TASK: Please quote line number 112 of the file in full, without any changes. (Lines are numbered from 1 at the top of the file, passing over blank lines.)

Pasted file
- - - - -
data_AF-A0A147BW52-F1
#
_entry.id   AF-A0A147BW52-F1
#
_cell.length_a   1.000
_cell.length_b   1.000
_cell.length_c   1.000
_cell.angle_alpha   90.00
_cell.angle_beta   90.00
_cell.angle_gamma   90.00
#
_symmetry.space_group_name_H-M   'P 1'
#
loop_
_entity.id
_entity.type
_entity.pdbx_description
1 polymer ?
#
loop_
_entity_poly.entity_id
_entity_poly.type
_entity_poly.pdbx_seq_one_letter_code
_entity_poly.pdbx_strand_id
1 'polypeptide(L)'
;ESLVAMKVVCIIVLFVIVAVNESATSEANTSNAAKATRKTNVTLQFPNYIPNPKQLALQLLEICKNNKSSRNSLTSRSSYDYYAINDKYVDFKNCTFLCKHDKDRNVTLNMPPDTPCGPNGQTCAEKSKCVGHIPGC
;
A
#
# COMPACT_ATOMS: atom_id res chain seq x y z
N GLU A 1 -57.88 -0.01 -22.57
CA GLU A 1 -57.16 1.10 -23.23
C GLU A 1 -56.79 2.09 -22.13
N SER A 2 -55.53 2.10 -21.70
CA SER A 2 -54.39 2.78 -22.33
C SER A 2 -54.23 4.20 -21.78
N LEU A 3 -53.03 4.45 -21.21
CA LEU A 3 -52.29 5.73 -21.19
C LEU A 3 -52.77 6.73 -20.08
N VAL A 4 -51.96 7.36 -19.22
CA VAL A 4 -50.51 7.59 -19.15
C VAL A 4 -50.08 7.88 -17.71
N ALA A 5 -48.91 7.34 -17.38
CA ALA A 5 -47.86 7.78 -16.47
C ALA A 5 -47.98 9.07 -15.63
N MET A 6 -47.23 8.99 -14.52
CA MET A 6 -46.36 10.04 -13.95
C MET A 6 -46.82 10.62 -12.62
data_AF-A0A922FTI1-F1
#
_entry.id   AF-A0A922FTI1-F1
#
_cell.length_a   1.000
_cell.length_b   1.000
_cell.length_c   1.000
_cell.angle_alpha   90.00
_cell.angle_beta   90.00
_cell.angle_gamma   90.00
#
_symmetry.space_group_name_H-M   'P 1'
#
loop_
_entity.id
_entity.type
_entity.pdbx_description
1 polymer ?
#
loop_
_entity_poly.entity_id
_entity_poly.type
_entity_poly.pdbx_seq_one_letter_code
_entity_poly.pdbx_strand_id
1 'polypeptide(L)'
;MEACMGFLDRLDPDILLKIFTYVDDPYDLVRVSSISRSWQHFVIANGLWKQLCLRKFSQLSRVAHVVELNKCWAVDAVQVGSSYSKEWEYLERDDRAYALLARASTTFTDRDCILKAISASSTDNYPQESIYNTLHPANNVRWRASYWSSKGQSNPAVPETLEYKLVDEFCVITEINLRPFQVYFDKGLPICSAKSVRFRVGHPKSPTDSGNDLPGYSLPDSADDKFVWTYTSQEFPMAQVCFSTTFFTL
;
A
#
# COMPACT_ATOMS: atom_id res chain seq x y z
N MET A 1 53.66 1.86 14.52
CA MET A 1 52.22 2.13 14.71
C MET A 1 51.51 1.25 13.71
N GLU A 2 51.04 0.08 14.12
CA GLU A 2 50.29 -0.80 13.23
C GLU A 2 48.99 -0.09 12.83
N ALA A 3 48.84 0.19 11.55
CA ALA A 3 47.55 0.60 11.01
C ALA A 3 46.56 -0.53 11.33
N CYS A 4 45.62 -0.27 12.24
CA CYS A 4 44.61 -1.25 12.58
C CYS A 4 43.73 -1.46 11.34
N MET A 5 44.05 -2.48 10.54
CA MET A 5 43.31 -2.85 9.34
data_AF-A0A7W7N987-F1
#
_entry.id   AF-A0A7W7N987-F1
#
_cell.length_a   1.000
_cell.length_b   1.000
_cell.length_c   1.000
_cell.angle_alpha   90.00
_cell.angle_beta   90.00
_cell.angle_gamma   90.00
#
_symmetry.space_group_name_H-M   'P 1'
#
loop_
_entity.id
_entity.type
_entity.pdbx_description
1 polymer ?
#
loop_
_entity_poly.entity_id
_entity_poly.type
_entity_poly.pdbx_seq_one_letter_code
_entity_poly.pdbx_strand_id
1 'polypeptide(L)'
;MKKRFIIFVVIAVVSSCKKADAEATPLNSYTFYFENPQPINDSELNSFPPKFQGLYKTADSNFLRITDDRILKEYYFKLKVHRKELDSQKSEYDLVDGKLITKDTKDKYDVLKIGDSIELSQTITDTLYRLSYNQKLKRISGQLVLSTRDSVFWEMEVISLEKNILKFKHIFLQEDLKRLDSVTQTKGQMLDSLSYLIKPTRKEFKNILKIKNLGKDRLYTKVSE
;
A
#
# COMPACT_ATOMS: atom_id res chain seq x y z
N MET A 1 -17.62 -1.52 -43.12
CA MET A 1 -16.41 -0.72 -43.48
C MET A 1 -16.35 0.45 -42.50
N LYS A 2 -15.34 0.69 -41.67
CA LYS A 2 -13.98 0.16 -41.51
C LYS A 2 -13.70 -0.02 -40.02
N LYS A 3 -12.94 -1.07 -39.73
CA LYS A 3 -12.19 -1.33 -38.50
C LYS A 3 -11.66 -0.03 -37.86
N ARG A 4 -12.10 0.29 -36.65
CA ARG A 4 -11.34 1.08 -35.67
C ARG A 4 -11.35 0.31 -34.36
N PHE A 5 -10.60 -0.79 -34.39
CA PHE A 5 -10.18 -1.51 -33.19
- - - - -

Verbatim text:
loop_